Monday 22 February 2016

Arrest of JNU students unnecessary

It is reported in the media that the 5 JNU students against whom there are sedition charges in connection with the incidents of 9th February have returned to JNU. The question is whether the police should arrest them ? I am of the opinion that they should not, because an interrogation can often be done without arrest.

It may be mentioned that arrest is not a must in every case where an F.I.R. of a cognizable offence is registered with the police. This is obvious from section 157 (1) Criminal Procedure Code. which reads :
" 157. Procedure for investigation
(1) If, from information received or otherwise, an officer in charge of a police station has reason to suspect the commission of an offence which he is empowered under section 156 to investigate, he shall forthwith send a report of the same to a Magistrate empowered to take cognizance of such offence upon a police report and shall proceed in person, or shall depute one of his subordinate officers not being below such rank as the State Government may, by general or special order, prescribe in this behalf, to proceed, to the spot, to investigate the facts and circumstances of the case, and, if necessary, to take measures for the discovery and arrest of the offender; "

The use of the words "and, if necessary " in the above provision clearly indicates that it is not incumbent on the police to arrest in every case, rather it is discretionary.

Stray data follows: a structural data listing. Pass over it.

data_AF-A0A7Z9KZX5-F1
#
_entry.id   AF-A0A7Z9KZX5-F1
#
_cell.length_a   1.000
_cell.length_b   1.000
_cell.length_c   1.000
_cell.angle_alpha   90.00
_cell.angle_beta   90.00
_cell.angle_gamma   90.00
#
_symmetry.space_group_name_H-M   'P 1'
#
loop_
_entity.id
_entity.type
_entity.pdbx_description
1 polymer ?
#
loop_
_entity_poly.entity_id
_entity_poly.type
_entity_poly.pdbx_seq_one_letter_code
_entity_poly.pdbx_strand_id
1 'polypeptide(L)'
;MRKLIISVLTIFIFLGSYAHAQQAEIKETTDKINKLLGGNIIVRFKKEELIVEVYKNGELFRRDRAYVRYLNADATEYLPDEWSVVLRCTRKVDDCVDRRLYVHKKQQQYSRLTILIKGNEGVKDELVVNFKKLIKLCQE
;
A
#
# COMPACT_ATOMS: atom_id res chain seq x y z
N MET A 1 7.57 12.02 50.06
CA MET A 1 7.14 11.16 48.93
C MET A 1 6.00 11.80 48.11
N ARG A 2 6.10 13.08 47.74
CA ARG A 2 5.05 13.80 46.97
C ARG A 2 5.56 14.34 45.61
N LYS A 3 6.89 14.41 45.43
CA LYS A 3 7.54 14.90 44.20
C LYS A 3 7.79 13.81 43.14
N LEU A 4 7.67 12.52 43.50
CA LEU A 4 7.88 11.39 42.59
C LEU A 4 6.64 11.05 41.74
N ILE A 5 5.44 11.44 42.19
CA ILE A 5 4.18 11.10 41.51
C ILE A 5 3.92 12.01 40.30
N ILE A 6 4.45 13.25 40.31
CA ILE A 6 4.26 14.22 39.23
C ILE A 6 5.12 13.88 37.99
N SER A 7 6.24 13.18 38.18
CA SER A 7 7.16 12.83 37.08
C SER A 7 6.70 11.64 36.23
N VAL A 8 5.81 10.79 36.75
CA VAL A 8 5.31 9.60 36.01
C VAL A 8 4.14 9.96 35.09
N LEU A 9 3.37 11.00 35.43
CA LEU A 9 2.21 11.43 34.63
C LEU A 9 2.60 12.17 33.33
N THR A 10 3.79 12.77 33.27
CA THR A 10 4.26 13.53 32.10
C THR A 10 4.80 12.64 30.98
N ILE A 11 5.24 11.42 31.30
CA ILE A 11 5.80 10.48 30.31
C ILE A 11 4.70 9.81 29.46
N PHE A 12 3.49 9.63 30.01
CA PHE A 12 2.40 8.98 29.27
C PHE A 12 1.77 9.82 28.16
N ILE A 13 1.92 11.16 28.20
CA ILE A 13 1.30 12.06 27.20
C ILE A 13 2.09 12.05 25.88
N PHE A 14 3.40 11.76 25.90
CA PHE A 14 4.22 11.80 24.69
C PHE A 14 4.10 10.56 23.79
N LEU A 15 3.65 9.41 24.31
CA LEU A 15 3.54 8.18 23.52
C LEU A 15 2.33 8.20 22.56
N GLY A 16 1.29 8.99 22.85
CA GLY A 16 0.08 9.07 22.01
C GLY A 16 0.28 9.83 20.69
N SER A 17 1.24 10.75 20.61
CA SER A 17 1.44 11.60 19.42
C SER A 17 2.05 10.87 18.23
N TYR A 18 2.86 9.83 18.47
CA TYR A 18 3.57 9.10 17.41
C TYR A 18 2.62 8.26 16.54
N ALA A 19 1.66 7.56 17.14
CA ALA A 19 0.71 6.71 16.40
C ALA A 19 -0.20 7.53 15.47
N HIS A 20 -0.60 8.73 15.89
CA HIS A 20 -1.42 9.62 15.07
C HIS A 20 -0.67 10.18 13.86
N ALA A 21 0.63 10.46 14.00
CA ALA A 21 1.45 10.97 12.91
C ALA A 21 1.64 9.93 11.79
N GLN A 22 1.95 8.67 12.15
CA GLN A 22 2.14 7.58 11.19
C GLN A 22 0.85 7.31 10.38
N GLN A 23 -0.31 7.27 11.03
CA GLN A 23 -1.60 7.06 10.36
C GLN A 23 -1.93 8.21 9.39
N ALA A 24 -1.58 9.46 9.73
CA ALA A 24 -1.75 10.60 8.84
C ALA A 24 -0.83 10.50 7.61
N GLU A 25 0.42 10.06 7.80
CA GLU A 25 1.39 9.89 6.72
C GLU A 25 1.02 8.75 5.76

In Joginder Kumar vs. State of U. P. A.I.R. 1994 S.C. 1349 ( see online ) the Supreme Court observed : " No arrest can be made because it is lawful for the police officer to do so. The existence of the power to arrest is one thing. The justification for the exercise of it is quite another.The police officer must be able to justify the arrest apart from his power to do so. Arrest and detention in police lock-up of a person can cause incalculable harm to the reputation and self-esteem of a person. No arrest can be made in a routine manner on a mere allegation of commission of an offence made against a person. It would be prudent for a police officer in the interest of protection of the constitutional rights of a citizen and perhaps in his own interest that no arrest should be made without a reasonable satisfaction reached after some investigation as to the genuineness and bona fides of a complaint and a reasonable belief both as to the person's complicity and even so as to the need to effect arrest. Denying a person of his liberty is a serious matter. "

Thus the Supreme Court has held that arrest is not a must in every case. In the same decision the Supreme Court has noted that the National Police Commission in its Third Report has observed that 60% arrests in India are unnecessary or unjustified, and that arrests are a major source of corruption in the police.

In my opinion arrest is unnecessary in this case. If the police wish to interrogate these students they can ask the VC or Registrar of JNU to arrange for a room or hall in a building in the JNU campus where the police can come and interrogate the students without arresting them